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If you are in clinical research, you may read a headline such as "Thomson Reuters Previews Game-Changing New Solutions for Insights into Clinical Trials" with passing curiosity... along the lines of "what do they have to do with clinical trials?"
Thomson Reuters, as multinational media and information firms go, is big. Very big. Oddly enough, I’ve worked for Thomson twice in my life, but really didn’t know it. It seemed their history was to purchase smaller companies, though successful in their own right, but didn’t subsume them. This is only personal observation. And both times I left before the contract on the current management ran out…so maybe they were changed. Regardless, Thomson acquires brands --–and the ancillary products, databases and information that go along with that--and has a lot of them. “Some of Thomson’s brands are better known than the company itself,” says the Thomson Wikipedia page and goes on to list its pre-Reuters acquisition assets.
I’m just trying to give you a sense of Thomson Reuters. Because if you are in clinical research, you may read a headline such as “Thomson Reuters Previews Game-Changing New Solutions for Insights into Clinical Trials” with passing curiosity…. along the lines of “what do they have to do with clinical trials?”
This is what they have to do with clinical trials, via Wikipedia and an interview with Larissa Comis-Tis, Director Product Strategy, Clinical Solutions at Thomson Reuters. Comis-Tis came to her position seven months ago with a true belief in the capabilities of its new Cortellis Clinical Trials Intelligence product.
In 2011, Thomson Reuters announced a new organizational structure of five divisions, Financial and Risk; Legal; Intellectual Property and Science; Tax and Accounting; and Global Growth. Under Intellectual Property were the previous Thomson Healthcare and Thomson Science brands. Cortellis is a move from these legacy IP brands and products into a new platform. A brand of its own, made of different offerings, which include Competitive Intelligence, Regulatory Intelligence and Opportunity Monitor, as well as Clinical Trials Intelligence. The difference with Cortellis Clinical Trials Intelligence is that there were no legacy data from which to populate, it was built from the ground up.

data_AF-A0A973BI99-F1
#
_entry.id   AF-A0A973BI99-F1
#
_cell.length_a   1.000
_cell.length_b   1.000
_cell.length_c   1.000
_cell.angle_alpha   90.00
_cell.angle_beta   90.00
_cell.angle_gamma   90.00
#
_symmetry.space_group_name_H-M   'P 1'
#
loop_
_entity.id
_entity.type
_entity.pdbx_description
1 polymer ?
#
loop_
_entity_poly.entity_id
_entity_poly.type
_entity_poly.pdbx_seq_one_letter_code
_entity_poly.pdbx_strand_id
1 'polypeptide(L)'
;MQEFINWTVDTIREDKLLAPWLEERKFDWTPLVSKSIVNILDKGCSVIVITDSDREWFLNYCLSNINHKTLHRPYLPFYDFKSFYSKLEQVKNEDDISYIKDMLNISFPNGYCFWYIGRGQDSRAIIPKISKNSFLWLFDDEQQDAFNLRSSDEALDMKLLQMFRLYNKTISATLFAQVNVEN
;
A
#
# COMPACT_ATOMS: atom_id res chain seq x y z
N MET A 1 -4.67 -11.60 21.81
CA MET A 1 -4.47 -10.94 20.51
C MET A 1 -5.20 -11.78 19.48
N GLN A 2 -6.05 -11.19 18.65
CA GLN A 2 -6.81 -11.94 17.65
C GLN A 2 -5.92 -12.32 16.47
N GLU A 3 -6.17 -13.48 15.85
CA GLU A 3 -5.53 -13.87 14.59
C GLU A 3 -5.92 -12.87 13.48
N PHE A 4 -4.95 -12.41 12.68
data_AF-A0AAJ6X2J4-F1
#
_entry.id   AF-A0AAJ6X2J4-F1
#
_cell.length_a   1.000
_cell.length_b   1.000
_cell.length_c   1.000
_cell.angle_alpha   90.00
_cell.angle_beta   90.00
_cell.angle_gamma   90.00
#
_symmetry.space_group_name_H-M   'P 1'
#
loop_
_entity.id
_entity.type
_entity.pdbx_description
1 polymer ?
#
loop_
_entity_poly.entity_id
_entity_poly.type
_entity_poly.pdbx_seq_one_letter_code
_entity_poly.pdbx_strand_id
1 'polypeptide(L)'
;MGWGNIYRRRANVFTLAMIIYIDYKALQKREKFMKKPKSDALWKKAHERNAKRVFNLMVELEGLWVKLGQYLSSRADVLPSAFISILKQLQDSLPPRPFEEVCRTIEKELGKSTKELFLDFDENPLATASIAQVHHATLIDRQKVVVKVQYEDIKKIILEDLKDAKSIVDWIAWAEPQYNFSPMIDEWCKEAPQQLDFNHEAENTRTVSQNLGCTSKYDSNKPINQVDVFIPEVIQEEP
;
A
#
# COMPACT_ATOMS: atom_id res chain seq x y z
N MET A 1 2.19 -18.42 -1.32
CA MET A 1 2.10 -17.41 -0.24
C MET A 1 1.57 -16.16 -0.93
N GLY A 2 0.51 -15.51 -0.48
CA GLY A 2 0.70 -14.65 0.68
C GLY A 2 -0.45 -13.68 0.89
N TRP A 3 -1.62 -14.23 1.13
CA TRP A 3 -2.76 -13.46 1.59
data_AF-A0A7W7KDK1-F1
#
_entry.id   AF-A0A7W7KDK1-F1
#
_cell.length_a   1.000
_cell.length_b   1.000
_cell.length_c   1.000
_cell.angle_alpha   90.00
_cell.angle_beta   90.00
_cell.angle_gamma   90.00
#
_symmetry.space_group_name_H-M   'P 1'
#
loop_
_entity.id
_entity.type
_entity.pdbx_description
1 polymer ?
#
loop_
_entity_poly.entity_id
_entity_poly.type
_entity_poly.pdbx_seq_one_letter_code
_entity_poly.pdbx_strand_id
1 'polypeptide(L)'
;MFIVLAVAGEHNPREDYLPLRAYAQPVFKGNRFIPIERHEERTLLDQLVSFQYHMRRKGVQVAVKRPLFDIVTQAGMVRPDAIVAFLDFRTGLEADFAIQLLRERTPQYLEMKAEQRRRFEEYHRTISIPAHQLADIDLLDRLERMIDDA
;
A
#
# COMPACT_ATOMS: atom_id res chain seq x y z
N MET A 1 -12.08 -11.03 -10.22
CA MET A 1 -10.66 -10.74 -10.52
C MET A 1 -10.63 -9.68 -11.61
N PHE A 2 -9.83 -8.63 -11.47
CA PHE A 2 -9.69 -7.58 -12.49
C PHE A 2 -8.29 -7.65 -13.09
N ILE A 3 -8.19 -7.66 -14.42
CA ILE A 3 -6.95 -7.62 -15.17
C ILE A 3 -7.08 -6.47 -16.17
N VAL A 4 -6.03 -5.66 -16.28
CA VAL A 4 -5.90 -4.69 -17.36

So since it’s difficult for me to imagine what the Cortellis Clinical Trials Intelligence was and what it did from the written description, Comis-Tis was kind enough to webex a walk-through demo for me.
And it is so robust, it’s difficult to explain the amount of detail and drill down provided. The database contains information on 142,000 current clinical trials, with 45% of those from clinicaltrials.gov. Cortellis content people around the globe sift through clinical trial information from many country registries; news; medical journals; company press releases; analyst reports and investor releases to put the information into the Cortellis solution. The information is de-duped and tagged to the appropriate search terms or etymology.
For example, you can choose a therapeutic area, drill down to how many trials are currently being conducted; in what countries; and how long it took to enroll. It allows you to drill down by the biomarker being used in a trial. And all of the outputs feature their source, so you know where the information came from. A company’s own data can be integrated into the dashboard via API to broaden its specific criteria. The information is displayed as text, or in a visualization dashboard.
Comis-Tis mentions but a few of the uses for Cortellis Clinical Trials Intelligence, and these include protocol design, feasibility and portfolio strategy. She mentioned companies that have saved tissue that could in fact determine a biomarker use for that tissue in the form of a new trial. More uses are for analyzing and predicting trial timelines, especially in regard to global recruitment or regulatory concerns.
Comis-Tis says the information in the database is updated daily.
From the standpoint of making a new brand and a product that could resonate with an audience, Cortellis was two years in the making, says Comis-Tis. “It is an enterprise product to unite clinical trials, business development, and regulatory and connects all of those parts of the process.”